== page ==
Astros Press Release
Biggio to be inducted into Ted Williams Hitters Hall of Fame tonight
Ceremony and Dinner Will Be Held at Tropicana Field
Astros icon Craig Biggio will be one of six former players inducted into the Ted Williams Hitters Hall of Fame tonight at Tropicana Field in St. Petersburg, FL.
The induction will take place at tonight's charity dinner (6 p.m. ET), which raises dollars for the Ted Williams Museum & Hitters Hall of Fame. Johnny Damon and Frank Howard will also be among the inductees. Past inductees include Hall of Famers Roberto Alomar, Ryne Sandberg and Andre Dawson.
Tampa Bay Rays Cy Young winner David Price and infielder-outfielder Ben Zobrist will also take part in tonight's event. Several other former players, including Dwight Gooden, Tony Oliva and Denny McLain, are also scheduled to be at tonight's dinner.
In his 20 Major League seasons (1988-2007), all in an Astros uniform, Biggio was one of the finest players of his era, tallying 3,060 hits, which ranks 21st all-time in Major League history, and 11th all-time among right-handed hitters. Additionally, his 3,060 hits rank fifth all-time in National League history among RHH.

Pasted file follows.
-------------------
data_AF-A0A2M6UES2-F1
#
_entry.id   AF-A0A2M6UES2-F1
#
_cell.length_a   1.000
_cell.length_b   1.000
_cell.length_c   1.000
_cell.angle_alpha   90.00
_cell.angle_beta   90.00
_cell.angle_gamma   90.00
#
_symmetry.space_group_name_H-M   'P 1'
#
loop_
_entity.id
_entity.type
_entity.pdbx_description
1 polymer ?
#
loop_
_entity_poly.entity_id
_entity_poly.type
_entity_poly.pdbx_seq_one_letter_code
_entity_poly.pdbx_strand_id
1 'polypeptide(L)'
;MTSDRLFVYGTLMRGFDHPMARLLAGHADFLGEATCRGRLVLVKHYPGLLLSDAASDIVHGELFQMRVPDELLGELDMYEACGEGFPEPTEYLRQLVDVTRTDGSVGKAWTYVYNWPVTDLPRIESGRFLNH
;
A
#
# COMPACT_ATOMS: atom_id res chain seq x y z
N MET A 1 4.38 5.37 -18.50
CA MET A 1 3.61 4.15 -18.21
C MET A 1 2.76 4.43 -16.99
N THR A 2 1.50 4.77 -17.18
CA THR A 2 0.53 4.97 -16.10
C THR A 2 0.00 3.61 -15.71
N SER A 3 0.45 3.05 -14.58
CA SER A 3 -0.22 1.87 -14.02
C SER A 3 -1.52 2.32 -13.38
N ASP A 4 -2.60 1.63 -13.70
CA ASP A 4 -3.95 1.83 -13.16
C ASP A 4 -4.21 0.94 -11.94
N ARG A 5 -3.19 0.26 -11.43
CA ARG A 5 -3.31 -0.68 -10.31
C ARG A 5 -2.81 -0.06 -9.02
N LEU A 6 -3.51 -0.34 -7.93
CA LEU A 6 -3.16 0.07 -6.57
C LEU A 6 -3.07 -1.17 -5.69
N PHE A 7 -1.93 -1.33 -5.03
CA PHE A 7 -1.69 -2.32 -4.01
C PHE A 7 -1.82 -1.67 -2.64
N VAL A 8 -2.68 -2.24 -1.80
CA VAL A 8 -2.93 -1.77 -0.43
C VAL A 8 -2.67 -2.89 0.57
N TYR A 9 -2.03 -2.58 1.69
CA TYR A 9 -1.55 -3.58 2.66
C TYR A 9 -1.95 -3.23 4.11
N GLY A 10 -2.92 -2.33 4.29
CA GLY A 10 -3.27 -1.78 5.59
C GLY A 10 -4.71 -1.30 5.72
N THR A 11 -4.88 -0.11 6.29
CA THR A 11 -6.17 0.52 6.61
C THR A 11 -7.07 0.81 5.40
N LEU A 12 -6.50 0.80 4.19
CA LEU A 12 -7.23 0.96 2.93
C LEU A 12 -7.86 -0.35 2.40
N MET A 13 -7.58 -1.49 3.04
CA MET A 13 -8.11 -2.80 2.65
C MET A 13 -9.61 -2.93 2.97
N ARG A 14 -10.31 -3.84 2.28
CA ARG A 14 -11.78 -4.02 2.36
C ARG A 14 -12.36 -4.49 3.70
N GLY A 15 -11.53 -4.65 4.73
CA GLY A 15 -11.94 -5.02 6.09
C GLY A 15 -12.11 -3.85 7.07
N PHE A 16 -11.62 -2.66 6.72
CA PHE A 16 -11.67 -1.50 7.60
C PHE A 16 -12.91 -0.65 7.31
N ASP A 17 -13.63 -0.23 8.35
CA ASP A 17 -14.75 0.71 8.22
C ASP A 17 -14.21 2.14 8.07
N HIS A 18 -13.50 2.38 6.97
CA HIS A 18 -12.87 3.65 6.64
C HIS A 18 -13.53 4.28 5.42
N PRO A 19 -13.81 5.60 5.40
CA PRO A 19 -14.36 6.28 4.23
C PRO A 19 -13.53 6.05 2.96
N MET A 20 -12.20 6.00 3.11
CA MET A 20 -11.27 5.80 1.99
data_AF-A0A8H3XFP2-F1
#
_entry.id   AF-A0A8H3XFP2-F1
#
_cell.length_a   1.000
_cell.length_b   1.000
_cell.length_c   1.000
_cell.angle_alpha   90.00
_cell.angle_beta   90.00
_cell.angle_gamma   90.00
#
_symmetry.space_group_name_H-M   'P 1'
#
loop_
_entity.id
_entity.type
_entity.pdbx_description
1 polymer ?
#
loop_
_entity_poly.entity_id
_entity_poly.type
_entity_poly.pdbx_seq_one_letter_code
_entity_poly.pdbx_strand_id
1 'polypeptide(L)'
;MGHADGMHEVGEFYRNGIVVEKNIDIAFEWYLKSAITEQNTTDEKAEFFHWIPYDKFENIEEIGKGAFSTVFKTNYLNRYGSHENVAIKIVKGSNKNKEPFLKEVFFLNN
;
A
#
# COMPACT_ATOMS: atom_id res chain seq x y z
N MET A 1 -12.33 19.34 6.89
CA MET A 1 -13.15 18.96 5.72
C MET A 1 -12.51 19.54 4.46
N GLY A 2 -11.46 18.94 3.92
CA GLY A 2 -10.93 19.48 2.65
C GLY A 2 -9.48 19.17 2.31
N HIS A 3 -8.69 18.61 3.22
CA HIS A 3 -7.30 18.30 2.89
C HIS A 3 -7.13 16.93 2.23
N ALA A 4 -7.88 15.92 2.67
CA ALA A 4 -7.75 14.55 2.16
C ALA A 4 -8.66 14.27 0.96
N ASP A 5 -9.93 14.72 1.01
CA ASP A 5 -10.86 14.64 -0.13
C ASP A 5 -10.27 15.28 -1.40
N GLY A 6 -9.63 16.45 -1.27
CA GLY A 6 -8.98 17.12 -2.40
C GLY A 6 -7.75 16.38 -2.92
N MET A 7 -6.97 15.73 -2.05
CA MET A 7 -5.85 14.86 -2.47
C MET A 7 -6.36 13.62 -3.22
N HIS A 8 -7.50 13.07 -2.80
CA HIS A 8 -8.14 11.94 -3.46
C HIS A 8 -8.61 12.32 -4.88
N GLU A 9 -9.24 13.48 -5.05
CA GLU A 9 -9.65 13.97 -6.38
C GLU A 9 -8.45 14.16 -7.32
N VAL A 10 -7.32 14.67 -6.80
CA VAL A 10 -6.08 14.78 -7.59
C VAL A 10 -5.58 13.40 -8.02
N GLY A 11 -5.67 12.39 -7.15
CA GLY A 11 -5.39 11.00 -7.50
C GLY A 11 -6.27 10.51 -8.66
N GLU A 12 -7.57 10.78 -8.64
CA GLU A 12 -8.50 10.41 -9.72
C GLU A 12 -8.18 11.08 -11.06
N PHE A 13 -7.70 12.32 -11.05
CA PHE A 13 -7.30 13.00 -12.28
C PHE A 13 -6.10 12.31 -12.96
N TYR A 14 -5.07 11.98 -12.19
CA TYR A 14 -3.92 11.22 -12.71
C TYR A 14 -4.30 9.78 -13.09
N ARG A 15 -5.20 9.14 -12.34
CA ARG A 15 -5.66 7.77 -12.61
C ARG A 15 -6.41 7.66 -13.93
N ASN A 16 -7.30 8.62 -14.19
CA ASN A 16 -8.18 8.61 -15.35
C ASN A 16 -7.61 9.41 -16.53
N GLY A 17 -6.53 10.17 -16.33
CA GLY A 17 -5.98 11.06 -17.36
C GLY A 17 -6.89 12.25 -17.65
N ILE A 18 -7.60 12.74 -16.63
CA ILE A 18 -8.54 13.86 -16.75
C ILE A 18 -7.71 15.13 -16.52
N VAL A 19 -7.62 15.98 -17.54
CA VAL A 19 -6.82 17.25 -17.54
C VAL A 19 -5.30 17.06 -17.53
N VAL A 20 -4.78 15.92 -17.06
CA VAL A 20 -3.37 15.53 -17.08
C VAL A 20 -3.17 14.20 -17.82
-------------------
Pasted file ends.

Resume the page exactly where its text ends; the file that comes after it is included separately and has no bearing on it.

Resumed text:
In 2,850 career games, Biggio hit .281 with 668 doubles, 291 home runs, 1,175 RBI, 1,161 walks, 414 stolen bases and 1,844 runs scored, the latter ranking 14th all-time and seventh in NL history. His 668 doubles are the most in Major League history by a right-handed hitter and rank fifth all-time among all hitters. Biggio also holds the NL record for career leadoff home runs with 53 and the modern Major League record for being hit by a pitch with 285.
He is also one of just 14 players in ML history to reach both 3,000 hits and 1,000 extra-base hits, and is the only player in MLB history to reach all four of the following milestones: 600 doubles, 250 homers, 3,000 hits and 400 stolen bases.
Biggio was a seven-time All-Star and four-time Gold Glove winner, and is the only player in MLB history to be named an All-Star at both catcher and second base. Last month, Biggio fell just two votes shy of induction into the National Baseball Hall of Fame in Cooperstown, NY, receiving 74.8% of the votes.